Major news sources for political information: TV (78%), newspapers (38%), radio (16%), Internet (15%), magazines (4%)

Pew Internet surveyed Americans on their primary sources of getting political news and information.Television is the primary news source for political information, but broadband users increasingly get their information online.

Pew Internet surveyed Americans on their primary sources of getting political news and information.

Television is the primary news source for political information, but broadband users increasingly get their information online. Three-quarters of all Americans (78%) say television is a main source of campaign news. Some 38% of Americans say newspapers are a primary source; 16% say radio; 15% say the internet; and 4% say magazines. (These figures don't add up to 100% because respondents were allowed to give up to two answers.) In addition: 83% of respondents say TV is where they get most of their information about the war in Iraq. 69% of respondents say TV is where they get most of their information about the issue of gay marriage. 59% of respondents say TV is where they get most of their information about the issue of free trade. 31% of Americans with high-speed connections at home identify the internet as a main source of campaign news. This rivals the share of broadband users who say newspapers are a main source (35% do) and far exceeds the 15% who identify the radio as a main source of campaign news.

31% of Americans with high-speed connections at home identify the internet as a main source of campaign news. This rivals the share of broadband users who say newspapers are a main source (35% do) and far exceeds the 15% who identify the radio as a main source of campaign news. Internet news is mostly used as a complement to more traditional media. Still, a large number of people have gone to non-traditional Web sites to get information. Of those who get news online on an average day, 90% also got news from a newspaper or TV. Of those who ever get news online, 99% also get news from a newspaper or TV. The Web sites of major media organizations continue to dominate as sources of online news about politics and public affairs.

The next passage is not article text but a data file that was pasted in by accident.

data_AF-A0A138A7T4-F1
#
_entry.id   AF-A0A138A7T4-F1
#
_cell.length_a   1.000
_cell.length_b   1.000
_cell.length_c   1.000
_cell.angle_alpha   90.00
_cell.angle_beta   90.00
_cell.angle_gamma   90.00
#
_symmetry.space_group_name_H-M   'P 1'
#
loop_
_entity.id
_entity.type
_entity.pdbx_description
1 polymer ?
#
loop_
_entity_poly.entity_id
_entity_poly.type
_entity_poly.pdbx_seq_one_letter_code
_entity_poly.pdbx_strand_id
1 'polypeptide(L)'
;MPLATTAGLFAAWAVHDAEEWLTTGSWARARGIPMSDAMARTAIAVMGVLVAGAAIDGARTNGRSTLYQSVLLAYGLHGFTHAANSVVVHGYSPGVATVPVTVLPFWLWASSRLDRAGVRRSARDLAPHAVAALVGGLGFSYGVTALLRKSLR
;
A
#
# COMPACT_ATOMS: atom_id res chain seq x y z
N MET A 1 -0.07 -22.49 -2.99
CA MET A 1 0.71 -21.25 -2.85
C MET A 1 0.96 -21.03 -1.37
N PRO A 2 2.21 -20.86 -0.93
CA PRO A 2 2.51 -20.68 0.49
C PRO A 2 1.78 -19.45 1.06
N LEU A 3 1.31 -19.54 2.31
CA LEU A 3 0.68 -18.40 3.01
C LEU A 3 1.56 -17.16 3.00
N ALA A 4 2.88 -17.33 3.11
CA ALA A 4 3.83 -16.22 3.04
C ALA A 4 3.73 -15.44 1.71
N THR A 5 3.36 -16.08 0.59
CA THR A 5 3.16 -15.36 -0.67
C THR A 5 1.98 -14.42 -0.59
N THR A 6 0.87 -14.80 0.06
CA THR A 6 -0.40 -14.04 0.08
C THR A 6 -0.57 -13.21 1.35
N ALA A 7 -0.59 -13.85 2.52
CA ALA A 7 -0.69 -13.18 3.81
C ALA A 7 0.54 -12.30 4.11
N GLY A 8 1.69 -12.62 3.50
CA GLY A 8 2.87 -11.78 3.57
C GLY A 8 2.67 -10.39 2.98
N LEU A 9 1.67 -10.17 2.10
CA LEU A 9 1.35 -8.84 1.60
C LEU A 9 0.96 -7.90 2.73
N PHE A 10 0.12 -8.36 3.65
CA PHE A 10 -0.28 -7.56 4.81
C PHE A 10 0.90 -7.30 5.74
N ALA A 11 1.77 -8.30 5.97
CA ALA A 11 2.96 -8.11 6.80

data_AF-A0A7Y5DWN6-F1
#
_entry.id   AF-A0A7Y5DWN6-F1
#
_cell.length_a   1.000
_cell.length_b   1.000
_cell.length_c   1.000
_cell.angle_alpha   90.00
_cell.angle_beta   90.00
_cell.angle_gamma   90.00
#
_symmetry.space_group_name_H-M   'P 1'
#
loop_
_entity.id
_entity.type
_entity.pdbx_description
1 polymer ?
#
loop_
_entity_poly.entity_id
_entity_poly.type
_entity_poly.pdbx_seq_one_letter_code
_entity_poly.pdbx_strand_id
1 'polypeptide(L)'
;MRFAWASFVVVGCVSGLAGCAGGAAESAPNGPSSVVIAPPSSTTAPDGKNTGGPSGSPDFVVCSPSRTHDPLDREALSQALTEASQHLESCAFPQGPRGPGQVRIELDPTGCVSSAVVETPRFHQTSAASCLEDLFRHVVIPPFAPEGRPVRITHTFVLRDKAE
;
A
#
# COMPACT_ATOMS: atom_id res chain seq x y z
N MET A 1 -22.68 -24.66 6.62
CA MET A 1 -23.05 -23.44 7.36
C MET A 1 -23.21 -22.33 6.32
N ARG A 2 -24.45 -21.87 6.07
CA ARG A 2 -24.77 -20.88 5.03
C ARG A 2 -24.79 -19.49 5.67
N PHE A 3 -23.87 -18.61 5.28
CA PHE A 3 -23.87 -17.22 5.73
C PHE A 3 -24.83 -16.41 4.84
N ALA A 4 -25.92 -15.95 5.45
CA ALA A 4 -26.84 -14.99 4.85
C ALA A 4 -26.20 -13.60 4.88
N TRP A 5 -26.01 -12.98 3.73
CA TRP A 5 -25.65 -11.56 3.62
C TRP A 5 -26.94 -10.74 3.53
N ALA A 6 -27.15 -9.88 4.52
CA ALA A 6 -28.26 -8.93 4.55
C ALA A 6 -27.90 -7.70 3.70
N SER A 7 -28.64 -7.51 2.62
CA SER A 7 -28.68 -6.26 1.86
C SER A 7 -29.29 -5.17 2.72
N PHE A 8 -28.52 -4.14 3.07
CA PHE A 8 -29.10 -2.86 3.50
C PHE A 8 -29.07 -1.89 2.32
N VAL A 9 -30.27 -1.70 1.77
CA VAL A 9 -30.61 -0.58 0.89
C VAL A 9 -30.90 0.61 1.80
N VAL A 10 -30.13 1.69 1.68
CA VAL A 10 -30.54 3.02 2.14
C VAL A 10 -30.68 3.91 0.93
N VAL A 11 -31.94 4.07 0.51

But political news sites not associated with a major news organization are beginning to get a foothold for internet users, particularly those with broadband at home. Some 24% of home broadband users are going to alternative online sources. Some 24% have visited the web site of an international news organization, and 16% say they have visited a more partisan alternative news organization's site. Use of these alternative sources is almost always accompanied by use of other more mainstream sources. Nearly 100% of the users going to the alternative sites we asked about also use some other mainstream source. Again, this supports the idea that internet users, especially those with high-speed connections, are not organizing their searches to avoid arguments that would conflict with their views.

59% of all internet users have gotten news from a major news organization, with nearly three-quarters of broadband users having done so. 18% of internet users have gone to the Web site of an international news organization such as BBC or al Jazeera; one-quarter of home broadband users have done this. 11% of internet users have gone to alternative news sites such as AlterNet.org or NewsMax.com; one in six home broadband users have done this. 10% of internet users have gone to Web sites of liberal groups such as MoveOn.org, with 15% of broadband users having done this. 10% of internet users have gone to Web sites of conservative organizations such as the Christian Coalition. Some 10% of broadband users have done this. Taken together, 30% of all internet users have been to at least one of the four latter non-mainstream media sites. Notably, supporters of John Kerry are more drawn to non-mainstream sites than Bush supporters: 36% of Kerry supporters have been to a non-mainstream media site for political news. 29% of Bush supporters have been to a non-mainstream media site for political news.